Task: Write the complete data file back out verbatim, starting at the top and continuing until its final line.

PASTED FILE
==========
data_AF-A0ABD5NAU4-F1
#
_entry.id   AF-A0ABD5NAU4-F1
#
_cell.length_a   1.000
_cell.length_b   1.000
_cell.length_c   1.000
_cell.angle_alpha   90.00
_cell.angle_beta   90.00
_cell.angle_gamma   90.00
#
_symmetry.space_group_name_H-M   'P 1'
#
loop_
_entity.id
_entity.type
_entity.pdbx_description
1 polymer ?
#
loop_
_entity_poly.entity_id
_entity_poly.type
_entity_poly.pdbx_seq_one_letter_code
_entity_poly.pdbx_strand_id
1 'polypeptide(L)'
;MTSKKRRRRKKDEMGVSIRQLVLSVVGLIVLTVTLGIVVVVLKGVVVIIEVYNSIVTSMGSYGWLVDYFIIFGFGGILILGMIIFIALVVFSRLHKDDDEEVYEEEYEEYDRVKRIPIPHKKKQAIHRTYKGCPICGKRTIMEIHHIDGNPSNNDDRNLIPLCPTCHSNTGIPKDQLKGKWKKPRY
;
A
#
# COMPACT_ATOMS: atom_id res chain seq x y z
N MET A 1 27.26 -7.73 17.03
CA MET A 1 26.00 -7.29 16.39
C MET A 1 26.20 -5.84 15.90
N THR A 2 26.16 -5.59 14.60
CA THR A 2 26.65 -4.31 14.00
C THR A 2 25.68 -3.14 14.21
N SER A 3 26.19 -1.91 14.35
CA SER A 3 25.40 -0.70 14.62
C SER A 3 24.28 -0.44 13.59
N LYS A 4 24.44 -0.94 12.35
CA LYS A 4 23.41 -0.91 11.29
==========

data_AF-A0ABD5NAU4-F1
#
_entry.id   AF-A0ABD5NAU4-F1
#
_cell.length_a   1.000
_cell.length_b   1.000
_cell.length_c   1.000
_cell.angle_alpha   90.00
_cell.angle_beta   90.00
_cell.angle_gamma   90.00
#
_symmetry.space_group_name_H-M   'P 1'
#
loop_
_entity.id
_entity.type
_entity.pdbx_description
1 polymer ?
#
loop_
_entity_poly.entity_id
_entity_poly.type
_entity_poly.pdbx_seq_one_letter_code
_entity_poly.pdbx_strand_id
1 'polypeptide(L)'
;MTSKKRRRRKKDEMGVSIRQLVLSVVGLIVLTVTLGIVVVVLKGVVVIIEVYNSIVTSMGSYGWLVDYFIIFGFGGILILGMIIFIALVVFSRLHKDDDEEVYEEEYEEYDRVKRIPIPHKKKQAIHRTYKGCPICGKRTIMEIHHIDGNPSNNDDRNLIPLCPTCHSNTGIPKDQLKGKWKKPRY
;
A
#
# COMPACT_ATOMS: atom_id res chain seq x y z
N MET A 1 27.26 -7.73 17.03
CA MET A 1 26.00 -7.29 16.39
C MET A 1 26.20 -5.84 15.90
N THR A 2 26.16 -5.59 14.60
CA THR A 2 26.65 -4.31 14.00
C THR A 2 25.68 -3.14 14.21
N SER A 3 26.19 -1.91 14.35
CA SER A 3 25.40 -0.70 14.62
C SER A 3 24.28 -0.44 13.59
N LYS A 4 24.44 -0.94 12.35
CA LYS A 4 23.41 -0.91 11.29